Reading Between the Lines, Justice Dept. Supports Closing Juvenile Prisons

She didn’t provide the kind of neatly-wrapped, unequivocal stuff of memes. But Assistant Attorney General Karol Mason, facing unemployment in a few months, essentially threw Justice Department support behind the movement to eliminate large juvenile justice facilities in the United States.

Her comments wrapped up a morning discussion, hosted by the Justice Department, about a paper advocating for the closure of all large juvenile justice facilities in the United States.

Mason, who heads the Office of Justice Programs, began the sort of standard monologue that closes out most Beltway sessions, thanking study authors and other advocates for their “relentless passion” on the subject. She soon found herself almost musing aloud that her time at the Justice Department was almost up, before making a more clear statement in support of the paper.

“We know what to do, the question is do we have the will to do it,” Mason said. “We know that our current juvenile justice system does not work, it does not work. So let’s go create something that does work.”

Given the context of the session, it would be hard to construe that as anything other than support for closing youth prisons from a United States assistant attorney general.

The event was carefully crafted to lend additional authenticity and credibility to the paper, to elevate the discussion beyond the circles of advocates and philanthropists who already agree with the sentiment. It was billed as a “meaningful and engaging discussion about a community-based approach to juvenile justice.”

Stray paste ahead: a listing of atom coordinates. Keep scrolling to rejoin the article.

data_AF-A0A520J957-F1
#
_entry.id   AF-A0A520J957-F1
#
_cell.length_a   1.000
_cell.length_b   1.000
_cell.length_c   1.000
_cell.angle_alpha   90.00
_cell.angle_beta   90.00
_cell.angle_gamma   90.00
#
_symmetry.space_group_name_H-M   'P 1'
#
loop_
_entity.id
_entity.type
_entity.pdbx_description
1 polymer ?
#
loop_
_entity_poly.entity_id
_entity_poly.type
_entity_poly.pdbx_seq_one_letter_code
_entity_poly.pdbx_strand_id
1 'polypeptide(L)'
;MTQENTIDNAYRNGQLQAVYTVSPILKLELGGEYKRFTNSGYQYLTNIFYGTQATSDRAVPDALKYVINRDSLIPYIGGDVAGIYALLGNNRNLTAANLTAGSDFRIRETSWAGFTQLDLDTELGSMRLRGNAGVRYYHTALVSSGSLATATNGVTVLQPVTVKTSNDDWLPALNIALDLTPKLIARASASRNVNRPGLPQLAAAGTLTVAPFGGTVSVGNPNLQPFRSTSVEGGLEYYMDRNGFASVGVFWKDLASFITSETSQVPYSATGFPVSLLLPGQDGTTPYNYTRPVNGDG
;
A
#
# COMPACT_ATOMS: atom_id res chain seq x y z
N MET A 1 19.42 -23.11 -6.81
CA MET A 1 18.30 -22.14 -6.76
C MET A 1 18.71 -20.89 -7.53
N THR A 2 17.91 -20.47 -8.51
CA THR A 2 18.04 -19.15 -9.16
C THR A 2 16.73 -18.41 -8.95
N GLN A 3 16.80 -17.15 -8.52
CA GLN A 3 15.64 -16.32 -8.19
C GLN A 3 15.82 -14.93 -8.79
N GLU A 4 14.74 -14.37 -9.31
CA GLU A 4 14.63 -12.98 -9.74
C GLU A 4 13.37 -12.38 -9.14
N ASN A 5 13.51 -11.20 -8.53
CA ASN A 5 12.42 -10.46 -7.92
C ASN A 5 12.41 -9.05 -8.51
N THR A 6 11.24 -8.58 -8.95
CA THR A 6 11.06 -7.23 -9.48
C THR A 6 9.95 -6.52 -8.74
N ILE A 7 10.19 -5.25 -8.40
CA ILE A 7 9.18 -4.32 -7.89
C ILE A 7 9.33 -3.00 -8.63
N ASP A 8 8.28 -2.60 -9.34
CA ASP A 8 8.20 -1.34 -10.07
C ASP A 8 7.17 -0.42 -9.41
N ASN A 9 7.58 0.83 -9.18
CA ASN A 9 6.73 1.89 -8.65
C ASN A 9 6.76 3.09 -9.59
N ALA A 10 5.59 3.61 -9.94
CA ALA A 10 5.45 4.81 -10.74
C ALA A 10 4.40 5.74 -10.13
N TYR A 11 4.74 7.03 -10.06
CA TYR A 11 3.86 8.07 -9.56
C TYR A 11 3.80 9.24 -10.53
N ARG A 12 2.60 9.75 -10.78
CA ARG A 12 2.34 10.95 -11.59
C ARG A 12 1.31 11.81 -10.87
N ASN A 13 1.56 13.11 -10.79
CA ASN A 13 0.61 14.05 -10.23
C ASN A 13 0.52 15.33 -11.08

The day featured comments from Annie E. Casey Foundation CEO Patrick McCarthy and Vincent Schiraldi of the Harvard Kennedy School’s Program in Criminal Justice, co-authors of “The Future of Youth Justice.” The paper does not introduce new evidence; rather, it lays out a linear argument for why the way forward is to replace youth prisons and reinvest the savings from their closure in a continuum of community-based programs and small, rehabilitation-oriented facilities.

The key point argued in the paper is that history has proved impossible the repair and reform of large juvenile facilities:

Large, institutional-style prisons cannot be retrofitted to provide such an environment. Moreover, most youth prisons are located far from home, making it much more difficult to maintain family ties or facilitate gradual transitions into community-based programming, both of which are critical to long-term success. The only viable option is to replace large youth prisons with smaller, more home-like facilities, close to youth’s communities.

The paper is an “air-tight case against youth prisons,” said Youth First CEO Liz Ryan. “They aren’t safe, aren’t fair, don’t work and can’t be fixed.”

Ryan spoke as part of a panel discussion that included leaders in the D.C. legal community, research, and family and youth advocacy.

“I support everything you all are standing for,” said panelist Karl Racine, attorney general for Washington, D.C. “As an elected official that could come back to bite me but that’s okay. I don’t need the job that much.”

Mason needs her job even less, as it will likely disappear shortly after inauguration.

“No matter who has my seat, you need to be demanding things from him or her,” Mason said.

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Michael Fitzgerald, New York Editor, The Chronicle of Social Change
About Michael Fitzgerald, New York Editor, The Chronicle of Social Change 107 Articles
New York Editor for The Chronicle of Social Change. Reach him at mfitzgerald@chronicleofsocialchange.org or follow on Twitter at @mchlftzgrld.